The photo is of D-Day, and I will get to that historic event in a minute. First, another historic event: the snuffing out — the murder, you could say — of Hong Kong. I have a piece about this on the homepage today: here. Hong Kong has been a great, free, vibrant city. By guarantee of the Sino–British Joint Declaration — inked on December 19, 1984, and put into effect on July 1, 1997 — the city was supposed to enjoy 50 years of autonomy. Instead, it received less than half that allotment (23 years). Hong Kong is now a city more or less like any other city in China: unfree, fearful, and under the control of the dictatorship in Beijing.
Nathan Law, the young Hong Kong politician and democracy leader — now in exile — put it to me this way: “2047 has arrived.” Hong Kong was supposed to have from 1997 to 2047. Unfortunately — cruelly, horrifyingly — 2047 arrived very early.
What about D-Day? Well, in an Impromptus column last week, I had a note on Henry Parham, who died at 99 on the Fourth of July. He was a D-Day vet — a man who belonged to an all-black unit, in those shamefully segregated days. In 2019, Parham said, “I did my duty. I did what I was supposed to do as an American.”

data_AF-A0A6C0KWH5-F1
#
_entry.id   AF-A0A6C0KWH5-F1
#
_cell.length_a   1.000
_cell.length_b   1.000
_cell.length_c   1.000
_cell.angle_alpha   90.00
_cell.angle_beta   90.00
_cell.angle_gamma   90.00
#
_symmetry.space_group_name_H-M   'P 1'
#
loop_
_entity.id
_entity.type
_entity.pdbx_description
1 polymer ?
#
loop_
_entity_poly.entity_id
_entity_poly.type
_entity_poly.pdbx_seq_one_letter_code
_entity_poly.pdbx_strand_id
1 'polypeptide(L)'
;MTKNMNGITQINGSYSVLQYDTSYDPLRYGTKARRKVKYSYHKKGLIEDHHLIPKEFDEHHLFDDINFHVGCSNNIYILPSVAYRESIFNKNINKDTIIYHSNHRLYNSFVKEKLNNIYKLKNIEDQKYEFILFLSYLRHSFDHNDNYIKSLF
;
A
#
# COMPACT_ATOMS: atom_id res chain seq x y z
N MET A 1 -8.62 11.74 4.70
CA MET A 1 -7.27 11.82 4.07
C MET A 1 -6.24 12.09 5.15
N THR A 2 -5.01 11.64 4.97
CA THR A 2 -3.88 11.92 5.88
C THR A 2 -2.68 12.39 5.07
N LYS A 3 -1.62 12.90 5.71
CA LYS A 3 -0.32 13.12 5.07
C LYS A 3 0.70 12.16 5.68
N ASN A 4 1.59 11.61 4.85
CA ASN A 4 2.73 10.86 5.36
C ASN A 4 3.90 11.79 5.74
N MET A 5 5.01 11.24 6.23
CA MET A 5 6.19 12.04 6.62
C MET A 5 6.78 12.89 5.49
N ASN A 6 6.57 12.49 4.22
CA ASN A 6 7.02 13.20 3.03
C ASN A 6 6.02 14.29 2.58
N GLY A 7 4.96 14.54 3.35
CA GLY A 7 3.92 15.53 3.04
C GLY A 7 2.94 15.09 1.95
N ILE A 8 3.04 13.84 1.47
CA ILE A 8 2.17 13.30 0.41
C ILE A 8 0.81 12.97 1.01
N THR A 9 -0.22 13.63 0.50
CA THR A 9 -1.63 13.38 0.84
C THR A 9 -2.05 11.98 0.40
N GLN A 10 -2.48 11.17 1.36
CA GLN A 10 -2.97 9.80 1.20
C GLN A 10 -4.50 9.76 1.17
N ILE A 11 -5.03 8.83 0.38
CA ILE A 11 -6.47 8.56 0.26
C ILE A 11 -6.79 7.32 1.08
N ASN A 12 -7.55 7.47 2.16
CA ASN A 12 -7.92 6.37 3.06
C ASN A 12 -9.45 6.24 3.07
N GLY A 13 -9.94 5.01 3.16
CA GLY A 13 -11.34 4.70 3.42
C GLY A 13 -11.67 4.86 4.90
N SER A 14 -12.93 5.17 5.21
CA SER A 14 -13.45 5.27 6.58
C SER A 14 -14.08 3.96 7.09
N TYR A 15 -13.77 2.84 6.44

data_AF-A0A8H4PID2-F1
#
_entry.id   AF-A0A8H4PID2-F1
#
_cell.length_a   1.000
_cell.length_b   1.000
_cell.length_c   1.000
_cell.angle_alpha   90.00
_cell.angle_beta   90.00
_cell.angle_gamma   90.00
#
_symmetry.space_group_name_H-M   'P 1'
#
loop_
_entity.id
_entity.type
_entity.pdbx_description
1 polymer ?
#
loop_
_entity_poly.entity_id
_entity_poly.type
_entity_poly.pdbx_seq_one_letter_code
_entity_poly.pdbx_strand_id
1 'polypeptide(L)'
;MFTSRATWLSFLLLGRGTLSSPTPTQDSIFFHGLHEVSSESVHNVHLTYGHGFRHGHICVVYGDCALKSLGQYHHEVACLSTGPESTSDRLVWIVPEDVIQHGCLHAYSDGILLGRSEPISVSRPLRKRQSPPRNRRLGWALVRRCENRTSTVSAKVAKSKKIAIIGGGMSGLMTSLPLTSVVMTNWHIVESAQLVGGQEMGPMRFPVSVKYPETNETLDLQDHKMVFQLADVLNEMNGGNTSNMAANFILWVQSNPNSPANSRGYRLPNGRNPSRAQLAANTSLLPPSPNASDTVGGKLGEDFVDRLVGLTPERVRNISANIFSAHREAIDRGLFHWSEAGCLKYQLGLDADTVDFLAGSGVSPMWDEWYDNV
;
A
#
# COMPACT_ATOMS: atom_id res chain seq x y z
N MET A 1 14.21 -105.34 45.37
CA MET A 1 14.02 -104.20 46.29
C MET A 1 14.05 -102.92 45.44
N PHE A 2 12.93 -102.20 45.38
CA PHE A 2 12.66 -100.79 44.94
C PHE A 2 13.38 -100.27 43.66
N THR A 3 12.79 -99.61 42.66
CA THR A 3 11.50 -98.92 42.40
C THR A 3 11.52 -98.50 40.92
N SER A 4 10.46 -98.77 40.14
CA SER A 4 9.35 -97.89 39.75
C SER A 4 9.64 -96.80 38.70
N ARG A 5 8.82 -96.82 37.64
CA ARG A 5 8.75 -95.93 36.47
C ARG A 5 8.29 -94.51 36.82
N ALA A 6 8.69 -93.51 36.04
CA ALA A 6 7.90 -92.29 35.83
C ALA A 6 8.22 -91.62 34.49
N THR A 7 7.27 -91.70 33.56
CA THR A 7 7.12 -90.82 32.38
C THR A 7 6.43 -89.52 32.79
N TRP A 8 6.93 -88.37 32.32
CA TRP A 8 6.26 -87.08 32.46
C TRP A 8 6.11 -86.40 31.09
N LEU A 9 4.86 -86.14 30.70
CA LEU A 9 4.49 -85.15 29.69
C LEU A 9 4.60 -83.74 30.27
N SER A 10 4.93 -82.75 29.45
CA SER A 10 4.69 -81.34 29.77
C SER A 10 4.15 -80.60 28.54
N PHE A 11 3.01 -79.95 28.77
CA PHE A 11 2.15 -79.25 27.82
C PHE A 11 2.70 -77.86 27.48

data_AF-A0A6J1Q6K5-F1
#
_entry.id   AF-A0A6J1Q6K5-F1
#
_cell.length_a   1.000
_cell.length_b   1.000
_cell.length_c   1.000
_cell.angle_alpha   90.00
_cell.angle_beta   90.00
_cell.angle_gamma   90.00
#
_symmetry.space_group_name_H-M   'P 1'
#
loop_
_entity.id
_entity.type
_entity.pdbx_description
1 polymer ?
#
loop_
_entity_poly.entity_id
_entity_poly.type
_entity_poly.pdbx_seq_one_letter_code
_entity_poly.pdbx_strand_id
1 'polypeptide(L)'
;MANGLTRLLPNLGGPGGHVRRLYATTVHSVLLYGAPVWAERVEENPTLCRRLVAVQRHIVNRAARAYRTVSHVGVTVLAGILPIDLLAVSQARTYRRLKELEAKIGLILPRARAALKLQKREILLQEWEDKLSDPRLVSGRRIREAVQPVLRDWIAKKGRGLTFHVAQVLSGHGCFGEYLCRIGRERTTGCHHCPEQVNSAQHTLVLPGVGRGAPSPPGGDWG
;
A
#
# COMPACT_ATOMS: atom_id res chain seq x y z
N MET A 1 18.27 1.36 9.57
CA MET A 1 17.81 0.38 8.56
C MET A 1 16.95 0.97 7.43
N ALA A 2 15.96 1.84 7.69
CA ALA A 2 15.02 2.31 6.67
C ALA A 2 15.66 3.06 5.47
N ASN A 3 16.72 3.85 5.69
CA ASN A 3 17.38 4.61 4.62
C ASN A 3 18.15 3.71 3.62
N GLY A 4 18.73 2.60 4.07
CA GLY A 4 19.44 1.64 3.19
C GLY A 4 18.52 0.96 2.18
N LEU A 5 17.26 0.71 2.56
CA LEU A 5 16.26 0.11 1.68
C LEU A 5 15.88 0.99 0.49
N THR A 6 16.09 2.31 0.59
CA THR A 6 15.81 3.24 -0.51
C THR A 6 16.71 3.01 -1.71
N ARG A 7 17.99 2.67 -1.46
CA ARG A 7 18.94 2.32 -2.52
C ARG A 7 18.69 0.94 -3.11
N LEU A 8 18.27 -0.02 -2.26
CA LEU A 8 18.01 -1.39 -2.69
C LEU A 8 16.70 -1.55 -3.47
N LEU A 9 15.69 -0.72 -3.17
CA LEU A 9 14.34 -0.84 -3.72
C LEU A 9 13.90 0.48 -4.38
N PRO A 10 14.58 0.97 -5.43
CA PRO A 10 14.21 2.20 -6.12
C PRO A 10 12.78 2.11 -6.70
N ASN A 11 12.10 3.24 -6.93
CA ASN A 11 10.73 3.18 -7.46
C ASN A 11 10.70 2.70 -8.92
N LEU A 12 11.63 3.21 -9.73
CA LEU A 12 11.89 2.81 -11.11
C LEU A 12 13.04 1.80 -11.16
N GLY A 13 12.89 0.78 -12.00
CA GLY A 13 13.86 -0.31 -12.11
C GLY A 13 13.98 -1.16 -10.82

I received a letter from Lincoln Weiss:
The mention of the passing of Henry Parham made me think of one of the proudest days I ever had as a teacher.
I work at West Scranton High School in Scranton, Pa., and we are known as the “Invaders.” According to our principal, we are the only high school in the United States that took the name from the invaders of D-Day. . . .
On June 6, 2014, we had a commemorative event with a 21-gun salute, remarks by Brigadier General John Gronski, and — the best part — a graduation ceremony for all the West Scranton war veterans, including those at D-Day, who never received their high-school diploma because of being called for duty.
Before the ceremony, there was a Q and A with the vets. One of the questions the students asked was whether they were scared as they approached the Normandy beaches.
As one of the vets answered, you could hear a pin drop — not a common occasion with 850 high-school students. The answer was: “Yes, you were scared, but you didn’t think about it because you had a job to do.”
After the Q and A, we started the graduation ceremony, and as each man’s name was called, and he walked across the stage to receive his diploma, the kids cheered and clapped like we had just won the state football championship. I’m tearing up right now just thinking about it. The respect our kids had for these vets and the joy they showed as the vets walked across the stage to get their diploma gave (and still gives) me hope that our future is not as bleak as many believe.
Marvelous. And thank you to one and all.